How to get started on your self-build

Now that you know the site is viable, what do you need to get started with your self-build project? We look at what prep work needs to be done.

In this article we cover:

  • What key decisions you need to make
  • How to go about it
  • Pricing up the project
  • Savings from going direct labour vs main contractor

This early stage of your project is all about refining what you’re going to build and how you’re
going to finance it.

Needs and wants

The best part about building your own house has to be being able to choose everything that goes into it. But it can be a curse too, when the time comes to make decisions and you feel you haven’t had the time to weigh all your options.

When you get on site, it all moves very quickly and you’ll be asked to make decisions on the spot. So the more legwork you’ve done in advance, the more likely it is that you’ll be happy with the finished product.

get started self-build

On a fundamental level, this is also the time to knuckle down and decide what you really need from this house. Size is an important factor as are current and future needs, which will depend on your circumstances. It’s the time to truly discern between what you need and what would be nice to have.

To help you through this process, you’ll need an architectural designer. This can be an architect or an chartered architectural technologist, both of which are trained in design. Investing in good design will pay dividends. Crucially, it will also mean that a professional designer is double checking that what you are building is regulations compliant.

The Pre Design stage of the Selfbuild Journey on is organised as follows:

Working out your requirements
Choosing an architectural designer
Collating your ideas
Building methods
Other key structural decisions
Energy efficiency and the environment
Budget & Financing

get started self-build

How to go about the build

Your choice of building methods and other structural decisions will need to be taken into account early on, especially if you choose to go with a modern method of construction. Structural decisions tend to have knock-on effects on things like where to put services or how far ahead you need to plan for finishes.

Another big decision to make is how personally involved you will get. Do you want to do some DIY? Will you manage the project in what’s known as direct labour? A direct labour build means you take charge of hiring all of the tradesmen yourself, from plumber and electrician to blocklayer.

Pricing it up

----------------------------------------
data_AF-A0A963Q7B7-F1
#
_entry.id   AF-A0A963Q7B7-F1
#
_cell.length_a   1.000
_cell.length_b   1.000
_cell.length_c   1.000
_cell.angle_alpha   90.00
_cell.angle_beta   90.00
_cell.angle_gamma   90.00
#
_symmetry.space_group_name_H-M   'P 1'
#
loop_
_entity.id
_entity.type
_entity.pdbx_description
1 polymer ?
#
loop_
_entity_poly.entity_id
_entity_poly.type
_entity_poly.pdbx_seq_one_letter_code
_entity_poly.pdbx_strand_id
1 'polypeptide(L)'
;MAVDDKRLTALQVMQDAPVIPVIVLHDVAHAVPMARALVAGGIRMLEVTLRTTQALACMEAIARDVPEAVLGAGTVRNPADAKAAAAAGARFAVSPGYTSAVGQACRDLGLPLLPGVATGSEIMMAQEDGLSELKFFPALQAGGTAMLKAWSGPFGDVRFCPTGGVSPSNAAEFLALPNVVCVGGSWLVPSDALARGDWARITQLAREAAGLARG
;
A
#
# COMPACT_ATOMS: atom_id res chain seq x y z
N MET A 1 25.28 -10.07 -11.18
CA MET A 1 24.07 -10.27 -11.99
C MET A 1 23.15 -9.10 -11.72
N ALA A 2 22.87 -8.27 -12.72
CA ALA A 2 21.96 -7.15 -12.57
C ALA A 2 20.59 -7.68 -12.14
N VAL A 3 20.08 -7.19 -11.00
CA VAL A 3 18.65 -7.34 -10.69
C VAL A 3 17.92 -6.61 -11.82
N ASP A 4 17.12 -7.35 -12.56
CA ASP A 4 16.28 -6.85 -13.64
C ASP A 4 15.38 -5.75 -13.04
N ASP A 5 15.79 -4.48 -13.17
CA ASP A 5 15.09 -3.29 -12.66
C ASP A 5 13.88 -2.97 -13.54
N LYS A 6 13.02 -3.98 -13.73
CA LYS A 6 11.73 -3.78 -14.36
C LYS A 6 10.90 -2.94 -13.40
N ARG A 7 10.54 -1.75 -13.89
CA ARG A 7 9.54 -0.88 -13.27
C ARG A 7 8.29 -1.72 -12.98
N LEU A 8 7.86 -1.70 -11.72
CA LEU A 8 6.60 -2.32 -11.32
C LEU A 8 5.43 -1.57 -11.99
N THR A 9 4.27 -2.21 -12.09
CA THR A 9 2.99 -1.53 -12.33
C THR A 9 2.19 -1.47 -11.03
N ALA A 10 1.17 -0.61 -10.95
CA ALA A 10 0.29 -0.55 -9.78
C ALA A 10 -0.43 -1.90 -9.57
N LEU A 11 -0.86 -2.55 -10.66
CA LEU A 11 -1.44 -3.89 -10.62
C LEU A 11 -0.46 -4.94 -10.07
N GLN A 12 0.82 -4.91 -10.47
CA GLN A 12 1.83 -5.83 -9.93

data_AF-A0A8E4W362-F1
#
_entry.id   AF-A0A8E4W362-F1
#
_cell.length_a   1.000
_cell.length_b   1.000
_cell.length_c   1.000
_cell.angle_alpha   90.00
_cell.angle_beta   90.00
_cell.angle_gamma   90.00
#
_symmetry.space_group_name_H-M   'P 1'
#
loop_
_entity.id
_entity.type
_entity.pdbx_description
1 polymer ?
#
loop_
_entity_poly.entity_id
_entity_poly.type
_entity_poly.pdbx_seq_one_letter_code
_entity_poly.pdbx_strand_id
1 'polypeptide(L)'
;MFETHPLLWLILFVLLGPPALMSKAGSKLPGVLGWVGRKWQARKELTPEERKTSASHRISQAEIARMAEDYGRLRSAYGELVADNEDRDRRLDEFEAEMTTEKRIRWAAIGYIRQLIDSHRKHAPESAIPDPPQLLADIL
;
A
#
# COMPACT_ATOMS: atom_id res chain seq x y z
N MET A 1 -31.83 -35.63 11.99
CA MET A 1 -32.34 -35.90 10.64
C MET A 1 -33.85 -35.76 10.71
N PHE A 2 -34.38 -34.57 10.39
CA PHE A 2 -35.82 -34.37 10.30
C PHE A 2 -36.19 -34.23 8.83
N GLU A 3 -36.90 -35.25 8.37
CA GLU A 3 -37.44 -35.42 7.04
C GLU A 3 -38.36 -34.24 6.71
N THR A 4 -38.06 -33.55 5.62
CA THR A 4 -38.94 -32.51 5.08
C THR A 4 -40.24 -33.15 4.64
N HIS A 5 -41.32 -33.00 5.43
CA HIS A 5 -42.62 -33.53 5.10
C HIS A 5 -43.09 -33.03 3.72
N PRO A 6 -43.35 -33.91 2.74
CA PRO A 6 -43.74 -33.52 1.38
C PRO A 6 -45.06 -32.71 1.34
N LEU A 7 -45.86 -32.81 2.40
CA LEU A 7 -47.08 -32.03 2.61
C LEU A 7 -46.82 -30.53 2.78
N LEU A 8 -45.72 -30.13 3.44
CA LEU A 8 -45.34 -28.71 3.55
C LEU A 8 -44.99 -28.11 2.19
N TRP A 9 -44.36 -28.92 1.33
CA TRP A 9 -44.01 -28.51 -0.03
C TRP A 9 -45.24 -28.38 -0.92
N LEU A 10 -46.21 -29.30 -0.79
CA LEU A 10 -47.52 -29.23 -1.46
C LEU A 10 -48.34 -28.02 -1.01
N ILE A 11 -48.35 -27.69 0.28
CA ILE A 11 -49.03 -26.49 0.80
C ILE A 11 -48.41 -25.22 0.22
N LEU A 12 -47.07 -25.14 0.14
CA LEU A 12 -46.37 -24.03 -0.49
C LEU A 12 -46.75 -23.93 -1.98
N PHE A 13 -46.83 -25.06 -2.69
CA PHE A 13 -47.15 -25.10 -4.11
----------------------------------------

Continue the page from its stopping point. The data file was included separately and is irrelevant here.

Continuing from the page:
Of course, another essential element is finding out how much you can and want to spend on the project, what the financing options are (who will lend you the money and how), and how to get an accurate cost figure, and ways to stick to it. There are plenty of budget busters; to avoid them you need to know what they are – one of which are the development contributions in ROI.

get started self-build


I get asked this question at least once a week, and while you could just simply say it’s going to save you between 10 to 20 per cent on average, that’s not the whole picture.

That will all depend on what you see as value for money. What time do you have on your hands? Have you got the knowledge to manage/ organise and deal with the inevitable issues and problems
that can arise?

Quite often the potential savings made on running the project yourself can be outweighed by loss of time making the wrong decisions, overordering /underordering, plus having to make snap decisions without the experience or knowledge to make them. All of which is likely to cost you money.

There’s quite a bit more to project managing than meets the eye. Minor problems with a builder can be sorted very quickly. But on your own, without that experience and know-how, a small issue can quickly turn into a more serious one. Which can lead to a stressful and costly outcome, with your family life getting impacted.

So, yes it can save you money but this comes with a serious word of warning. Think very long and hard before undertaking a project especially if you have to work full time, have little knowledge of the processes, and don’t like stress. It can often end up costing more than employing a reputable builder, on all levels.

DJ Rasdale of DJ Build Estimations

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Written by Astrid Madsen

Astrid Madsen is the editor of the SelfBuild magazine. Email

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